Project Cycle Management and ZOPP
The NPCC uses ZOPP for developing community-based projects.  ZOPP is the acronym of the German term ZIEL ORENTIERTE PROJECT PLANNING which translates to Goal Oriented Project Planning.  In the 1960’s it was called the “Logical Framework Approach(LFA)” by the US Agent for International Development (USAID).

ZOPP is a simple method of strategic planning involving a group of senior executives including a cross-functional team from each department with the NPCC acting as a moderator.  ZOPP workshops last from 1 day to 2 weeks, with a typical session lasting 1 week. Participants are selected to represent all interest groups, project technical staff as well as high-level authorities, and community leaders. A basic premise is that the main interest groups must be represented from all levels, particularly top government officials.

A typical session is led by a moderator with participants sitting facing large sheets of paper fixed on panels, walls, etc. As participants go through the exercises, the results are affixed to the sheets with pins to allow adjustment and glued permanently at the end of each day. This information is typed at the end of each day and becomes a part of the workshop record.
 
The ZOPP has two phases: analysis and project planning. The analysis phase has 4 sub-steps, with the identification of ‘real’ problems as the driver for the exercises.

  • Participation analysis: an overview of persons, groups, organizations connected to a project and their interests, motives, attitudes and implications for project planning. This is done in a chart form.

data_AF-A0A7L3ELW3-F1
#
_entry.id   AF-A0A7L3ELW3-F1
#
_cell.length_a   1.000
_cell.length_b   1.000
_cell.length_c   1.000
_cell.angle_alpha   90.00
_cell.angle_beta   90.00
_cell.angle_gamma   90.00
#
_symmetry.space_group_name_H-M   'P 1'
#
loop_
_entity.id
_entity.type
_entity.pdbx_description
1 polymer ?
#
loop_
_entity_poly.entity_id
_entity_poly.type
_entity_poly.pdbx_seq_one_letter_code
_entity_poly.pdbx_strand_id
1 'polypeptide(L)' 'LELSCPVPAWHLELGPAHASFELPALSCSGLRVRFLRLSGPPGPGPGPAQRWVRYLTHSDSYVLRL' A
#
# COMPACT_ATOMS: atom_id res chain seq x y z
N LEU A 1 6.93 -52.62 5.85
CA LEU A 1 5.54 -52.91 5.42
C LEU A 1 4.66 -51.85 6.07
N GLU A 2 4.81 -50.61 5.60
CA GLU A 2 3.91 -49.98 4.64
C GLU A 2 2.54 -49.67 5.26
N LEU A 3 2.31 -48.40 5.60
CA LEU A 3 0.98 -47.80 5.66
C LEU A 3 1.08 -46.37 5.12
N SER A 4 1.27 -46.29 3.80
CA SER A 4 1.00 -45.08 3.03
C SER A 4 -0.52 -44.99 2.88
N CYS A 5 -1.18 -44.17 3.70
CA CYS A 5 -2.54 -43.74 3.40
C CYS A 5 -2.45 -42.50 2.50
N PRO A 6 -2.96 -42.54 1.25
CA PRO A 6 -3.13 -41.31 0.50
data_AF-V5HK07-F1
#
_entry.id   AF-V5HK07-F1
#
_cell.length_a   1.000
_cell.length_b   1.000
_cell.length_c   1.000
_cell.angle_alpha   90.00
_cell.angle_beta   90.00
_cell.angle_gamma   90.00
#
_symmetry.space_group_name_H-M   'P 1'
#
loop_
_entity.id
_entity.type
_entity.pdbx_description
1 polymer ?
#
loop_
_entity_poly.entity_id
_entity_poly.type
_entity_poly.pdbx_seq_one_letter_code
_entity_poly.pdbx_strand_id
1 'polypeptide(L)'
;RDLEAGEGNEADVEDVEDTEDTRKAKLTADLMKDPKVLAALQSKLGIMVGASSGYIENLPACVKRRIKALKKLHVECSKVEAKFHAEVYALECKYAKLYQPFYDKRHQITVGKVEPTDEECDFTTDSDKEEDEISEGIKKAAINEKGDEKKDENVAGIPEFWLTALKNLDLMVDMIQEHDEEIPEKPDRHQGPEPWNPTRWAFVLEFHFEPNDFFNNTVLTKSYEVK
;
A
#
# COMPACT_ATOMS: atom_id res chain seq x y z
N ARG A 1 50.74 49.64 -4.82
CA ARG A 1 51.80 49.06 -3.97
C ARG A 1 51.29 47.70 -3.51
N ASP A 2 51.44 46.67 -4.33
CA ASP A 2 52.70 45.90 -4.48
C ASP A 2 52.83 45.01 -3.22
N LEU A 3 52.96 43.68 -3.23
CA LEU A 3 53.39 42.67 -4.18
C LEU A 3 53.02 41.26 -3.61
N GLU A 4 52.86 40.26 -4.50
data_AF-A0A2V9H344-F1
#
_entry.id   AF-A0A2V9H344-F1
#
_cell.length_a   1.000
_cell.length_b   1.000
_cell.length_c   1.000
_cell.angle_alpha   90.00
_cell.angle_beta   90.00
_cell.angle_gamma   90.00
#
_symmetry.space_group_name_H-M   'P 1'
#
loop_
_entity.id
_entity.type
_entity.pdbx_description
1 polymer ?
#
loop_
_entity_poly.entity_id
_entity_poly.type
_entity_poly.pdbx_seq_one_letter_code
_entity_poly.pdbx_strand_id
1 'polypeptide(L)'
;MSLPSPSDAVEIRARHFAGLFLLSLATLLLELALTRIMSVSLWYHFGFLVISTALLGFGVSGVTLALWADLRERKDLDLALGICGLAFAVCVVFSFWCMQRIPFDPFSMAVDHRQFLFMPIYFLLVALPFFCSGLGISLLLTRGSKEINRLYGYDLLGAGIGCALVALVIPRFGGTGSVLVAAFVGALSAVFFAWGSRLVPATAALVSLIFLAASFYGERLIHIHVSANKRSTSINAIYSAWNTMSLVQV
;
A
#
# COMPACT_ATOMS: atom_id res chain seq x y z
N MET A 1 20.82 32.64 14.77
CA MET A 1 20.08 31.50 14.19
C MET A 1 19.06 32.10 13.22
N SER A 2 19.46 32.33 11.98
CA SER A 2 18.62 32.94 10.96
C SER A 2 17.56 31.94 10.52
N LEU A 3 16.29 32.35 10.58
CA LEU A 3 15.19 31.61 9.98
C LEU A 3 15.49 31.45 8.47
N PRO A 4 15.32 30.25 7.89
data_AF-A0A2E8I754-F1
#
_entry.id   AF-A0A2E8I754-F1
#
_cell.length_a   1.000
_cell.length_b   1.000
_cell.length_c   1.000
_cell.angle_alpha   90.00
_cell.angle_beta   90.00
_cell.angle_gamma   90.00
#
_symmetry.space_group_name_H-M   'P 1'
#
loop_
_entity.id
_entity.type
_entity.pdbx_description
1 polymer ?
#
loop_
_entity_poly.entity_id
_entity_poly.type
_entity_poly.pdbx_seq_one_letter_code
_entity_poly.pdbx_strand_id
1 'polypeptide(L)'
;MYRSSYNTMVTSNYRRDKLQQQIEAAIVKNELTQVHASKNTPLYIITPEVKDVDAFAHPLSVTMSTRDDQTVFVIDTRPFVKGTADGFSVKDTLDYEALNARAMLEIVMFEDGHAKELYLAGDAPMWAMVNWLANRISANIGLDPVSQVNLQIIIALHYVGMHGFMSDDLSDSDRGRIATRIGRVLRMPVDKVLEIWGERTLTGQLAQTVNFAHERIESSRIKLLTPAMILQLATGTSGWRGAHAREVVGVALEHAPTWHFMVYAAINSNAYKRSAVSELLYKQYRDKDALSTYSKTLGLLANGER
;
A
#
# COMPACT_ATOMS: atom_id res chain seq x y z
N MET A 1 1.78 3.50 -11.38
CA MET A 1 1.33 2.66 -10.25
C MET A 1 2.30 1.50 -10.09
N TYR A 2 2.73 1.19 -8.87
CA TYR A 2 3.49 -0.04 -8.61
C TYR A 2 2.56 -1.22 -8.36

• Problems analysis: major problems grouped into a problem-tree with cause and effect and identification of the core problem. The problems are noted on cards - one to a card - and organized by smaller groups.

  • Objectives analysis: a restatement of the problems into realistically achievable goals; this is often done by rewriting the problems into outcomes, often by reversing the cards.

  • Alternatives analysis: identification of objectives and assessment of alternatives according to resources, probability of achieving objectives, political feasibility, cost-benefit ratio, social risks, time horizon, sustainability, and others factors as decided by group. Prepared on charts.

The project planning phase has as its outcome the Project Planning Matrix (PPM), sometimes called the project planning framework. The PPM is a one-page summary of why the project is carried out, what the project is expected to achieve, how the project is going to achieve these results, which factors are crucial for the success of the project, how can success be measured, where data is required to assess project success, and what the project will cost. All of this information is combined in 4 x 4 matrix.

The ZOPP has been cited for its rigidity and rigor, and the need for all participants to actively take part in order for it to succeed.
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